As of Monday, 167 incarcerated people in New York City have contracted coronavirus, along with nearly as many correctional facility employees. These numbers are going to rise.
We must dramatically decarcerate and we must do it now.
The deadly pandemic will spread unchecked among incarcerated people and correctional facility employees as long as we keep people in an environment that, by its very nature, prohibits anything resembling safety or social distancing. As the Chief Medical Officer of the city’s Correctional Health Services has said, “We cannot change the fundamental nature of jail. We cannot socially distance dozens of elderly men living in a dorm, sharing a bathroom.”
Gov. Andrew Cuomo and Mayor Bill de Blasio owe it to the public to take action before New York’s jails and prisons become the epicenter of a second wave of outbreak.
So far, the Department of Corrections’ response has been entirely inadequate. Inmates are instructed to sleep a mere 3 feet apart. The DOC’s plan for sanitation? Paying incarcerated people an abysmal “wage” of $1-2 an hour for the high-risk work of disinfecting facilities during the outbreak. Meanwhile, the state will continue to ask prisoners to work for even more abominable “wages” — reportedly, as low as 16 cents an hour — as they bottle desperately-needed hand sanitizer.
While their labor helps us stay safe, they are trapped, waiting for the onslaught of a virus that many will not survive.
To make matters worse, if the prisons become epicenters of the pandemic, everyone who works there will be exposed to coronavirus and will risk exposing their families, neighbors, fellow commuters, and local grocery store & pharmacy employees — worsening the dire situation in our city.
Long before COVID-19 was discovered, I released a decarceration platform with a slate of DSA-endorsed candidates running for state legislature. Together, we called for reforms that would reduce the state’s prison population, which has ballooned in the last forty years.
In many ways, current policies allow the imprisonment of people without a thought for the effect it will have on their lives and on our communities. That is why we pledged to support fully ending cash bail, decriminalizing sex work and simple drug possession, repealing mandatory sentencing, reducing maximum sentences, enacting elder parole, and legalizing marijuana, along with other policies to reduce New York’s incarcerated population.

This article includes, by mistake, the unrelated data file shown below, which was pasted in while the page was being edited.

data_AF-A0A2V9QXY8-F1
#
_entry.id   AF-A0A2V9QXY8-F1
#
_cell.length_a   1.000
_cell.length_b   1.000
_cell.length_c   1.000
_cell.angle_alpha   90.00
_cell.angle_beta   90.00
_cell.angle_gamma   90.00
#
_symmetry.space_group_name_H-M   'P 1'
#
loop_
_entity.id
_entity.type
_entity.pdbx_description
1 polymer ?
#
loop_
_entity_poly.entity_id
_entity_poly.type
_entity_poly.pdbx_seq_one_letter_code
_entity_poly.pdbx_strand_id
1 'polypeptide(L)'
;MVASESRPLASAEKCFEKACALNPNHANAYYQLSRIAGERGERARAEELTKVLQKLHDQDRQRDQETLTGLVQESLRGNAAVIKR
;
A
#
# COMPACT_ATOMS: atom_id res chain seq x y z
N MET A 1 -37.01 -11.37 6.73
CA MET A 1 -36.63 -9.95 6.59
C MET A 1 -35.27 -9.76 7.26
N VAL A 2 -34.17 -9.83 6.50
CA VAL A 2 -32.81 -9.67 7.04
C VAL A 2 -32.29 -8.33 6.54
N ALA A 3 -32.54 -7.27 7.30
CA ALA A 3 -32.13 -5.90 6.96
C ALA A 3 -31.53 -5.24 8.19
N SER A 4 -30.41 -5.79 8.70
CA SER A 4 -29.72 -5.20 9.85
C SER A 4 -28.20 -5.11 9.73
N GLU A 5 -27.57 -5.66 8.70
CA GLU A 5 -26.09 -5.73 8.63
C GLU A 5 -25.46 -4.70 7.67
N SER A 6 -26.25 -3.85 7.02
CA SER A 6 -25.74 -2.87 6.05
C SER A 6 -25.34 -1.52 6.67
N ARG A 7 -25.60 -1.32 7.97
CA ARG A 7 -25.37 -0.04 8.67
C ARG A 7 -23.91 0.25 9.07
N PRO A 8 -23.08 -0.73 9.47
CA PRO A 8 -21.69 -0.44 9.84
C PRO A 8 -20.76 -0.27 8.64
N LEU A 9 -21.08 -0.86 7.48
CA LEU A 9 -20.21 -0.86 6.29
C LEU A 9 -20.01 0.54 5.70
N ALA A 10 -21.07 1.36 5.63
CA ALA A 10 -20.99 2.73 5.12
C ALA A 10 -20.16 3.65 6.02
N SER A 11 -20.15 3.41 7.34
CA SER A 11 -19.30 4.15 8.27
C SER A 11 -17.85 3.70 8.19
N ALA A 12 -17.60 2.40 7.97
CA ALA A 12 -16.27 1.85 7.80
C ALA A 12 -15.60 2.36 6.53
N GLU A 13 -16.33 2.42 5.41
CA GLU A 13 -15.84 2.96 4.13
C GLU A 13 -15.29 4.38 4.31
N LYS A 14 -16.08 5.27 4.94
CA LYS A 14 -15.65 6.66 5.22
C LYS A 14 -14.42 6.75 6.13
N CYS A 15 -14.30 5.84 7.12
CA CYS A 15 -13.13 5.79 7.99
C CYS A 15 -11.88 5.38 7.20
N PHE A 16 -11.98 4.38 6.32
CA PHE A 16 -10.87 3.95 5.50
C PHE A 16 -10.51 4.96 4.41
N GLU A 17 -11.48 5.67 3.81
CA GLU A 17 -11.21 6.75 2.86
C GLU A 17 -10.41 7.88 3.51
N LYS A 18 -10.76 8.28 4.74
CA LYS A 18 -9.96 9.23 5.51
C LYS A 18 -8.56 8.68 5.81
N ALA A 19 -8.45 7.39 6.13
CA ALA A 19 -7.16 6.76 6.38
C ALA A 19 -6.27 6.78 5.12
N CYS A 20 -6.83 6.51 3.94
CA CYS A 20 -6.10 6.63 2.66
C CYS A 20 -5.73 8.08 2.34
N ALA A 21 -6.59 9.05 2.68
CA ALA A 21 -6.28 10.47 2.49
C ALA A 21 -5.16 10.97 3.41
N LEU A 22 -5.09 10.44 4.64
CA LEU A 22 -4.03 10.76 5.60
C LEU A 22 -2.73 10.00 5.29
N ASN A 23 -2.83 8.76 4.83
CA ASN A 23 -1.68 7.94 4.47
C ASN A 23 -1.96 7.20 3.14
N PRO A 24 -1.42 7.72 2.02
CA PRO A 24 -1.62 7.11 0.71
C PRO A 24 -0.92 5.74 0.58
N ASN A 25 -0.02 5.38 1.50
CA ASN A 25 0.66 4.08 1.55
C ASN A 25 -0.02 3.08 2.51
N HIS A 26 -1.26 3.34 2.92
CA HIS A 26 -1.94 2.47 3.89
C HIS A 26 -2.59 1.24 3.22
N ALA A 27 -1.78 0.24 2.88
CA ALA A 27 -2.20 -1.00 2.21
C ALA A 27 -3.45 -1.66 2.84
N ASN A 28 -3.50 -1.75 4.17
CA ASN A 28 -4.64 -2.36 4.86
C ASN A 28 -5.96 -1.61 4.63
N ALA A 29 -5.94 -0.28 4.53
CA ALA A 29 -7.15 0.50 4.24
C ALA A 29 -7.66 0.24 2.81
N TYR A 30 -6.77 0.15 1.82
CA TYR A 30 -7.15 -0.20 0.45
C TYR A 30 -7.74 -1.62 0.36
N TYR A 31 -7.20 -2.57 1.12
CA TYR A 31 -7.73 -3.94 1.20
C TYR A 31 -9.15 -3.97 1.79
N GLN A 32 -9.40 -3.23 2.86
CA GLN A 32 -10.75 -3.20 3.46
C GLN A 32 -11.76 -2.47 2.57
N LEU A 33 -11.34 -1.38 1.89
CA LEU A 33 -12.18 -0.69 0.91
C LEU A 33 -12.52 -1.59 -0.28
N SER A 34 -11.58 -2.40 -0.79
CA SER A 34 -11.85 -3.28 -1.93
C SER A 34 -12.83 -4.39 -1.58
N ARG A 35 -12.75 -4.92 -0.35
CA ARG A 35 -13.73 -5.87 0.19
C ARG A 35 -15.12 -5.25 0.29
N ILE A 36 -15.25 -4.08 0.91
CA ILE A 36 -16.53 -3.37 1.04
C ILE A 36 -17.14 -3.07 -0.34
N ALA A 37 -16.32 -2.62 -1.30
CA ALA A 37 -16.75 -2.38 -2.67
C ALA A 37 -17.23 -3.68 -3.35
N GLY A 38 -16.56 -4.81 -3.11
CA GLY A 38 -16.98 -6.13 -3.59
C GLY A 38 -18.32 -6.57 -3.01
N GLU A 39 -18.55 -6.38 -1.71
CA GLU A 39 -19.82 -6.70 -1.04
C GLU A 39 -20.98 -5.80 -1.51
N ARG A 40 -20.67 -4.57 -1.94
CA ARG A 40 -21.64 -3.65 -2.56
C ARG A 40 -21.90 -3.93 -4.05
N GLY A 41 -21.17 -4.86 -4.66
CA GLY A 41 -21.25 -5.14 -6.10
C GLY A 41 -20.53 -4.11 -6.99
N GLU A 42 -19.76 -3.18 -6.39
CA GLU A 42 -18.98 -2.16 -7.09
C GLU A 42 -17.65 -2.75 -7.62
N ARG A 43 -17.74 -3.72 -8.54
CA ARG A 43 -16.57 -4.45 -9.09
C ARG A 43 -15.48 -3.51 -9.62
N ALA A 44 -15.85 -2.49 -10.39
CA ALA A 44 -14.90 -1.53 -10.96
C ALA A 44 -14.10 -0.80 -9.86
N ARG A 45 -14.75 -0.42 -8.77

These measures were necessary then. They are urgent now.
Though we applaud the mayor’s recent release of several hundred of our imprisoned brothers and sisters, democratic socialists like myself understand that far more drastic action is needed.
Our demands are simple:
- We must dramatically decarcerate and we must do it now.
- We must guarantee imprisoned people their human right to healthcare.
- We must refuse to allow our government to engage in the use of slave labor.
- We must ensure a fair wage — at least $15 an hour — for all the work that incarcerated people perform.
It should not take a pandemic for our, governments to treat incarcerated people like human beings. Our mayor and our governor must put the full weight of their authority behind these measures.
As COVID-19 exposes the inherent injustice and inhumanity of our prison system, it also offers us the chance to improve that system, not just to address the crisis but to begin to undo our barbarous carceral state. In addressing this burgeoning, immediate crisis in our prisons and jails, we can not only save lives in the short term but also put an end to a system that is putting us all at risk and corroding our communities.
As we release people from unsanitary, overcrowded, inhumane prisons and jails, we must ask ourselves why we allowed anyone to be imprisoned in these conditions in the first place. The current crisis is a product of cruel, morally bankrupt policies, and our only hope for the future is to permanently right the wrongs of the carceral state.
Jabari Brisport is a public school teacher from Prospect Heights, a racial justice organizer and democratic socialist. He is running as a Democrat for State Senate in District 25, currently represented by Velmanette Montgomery. Montgomery will vacate the seat at the end of her term.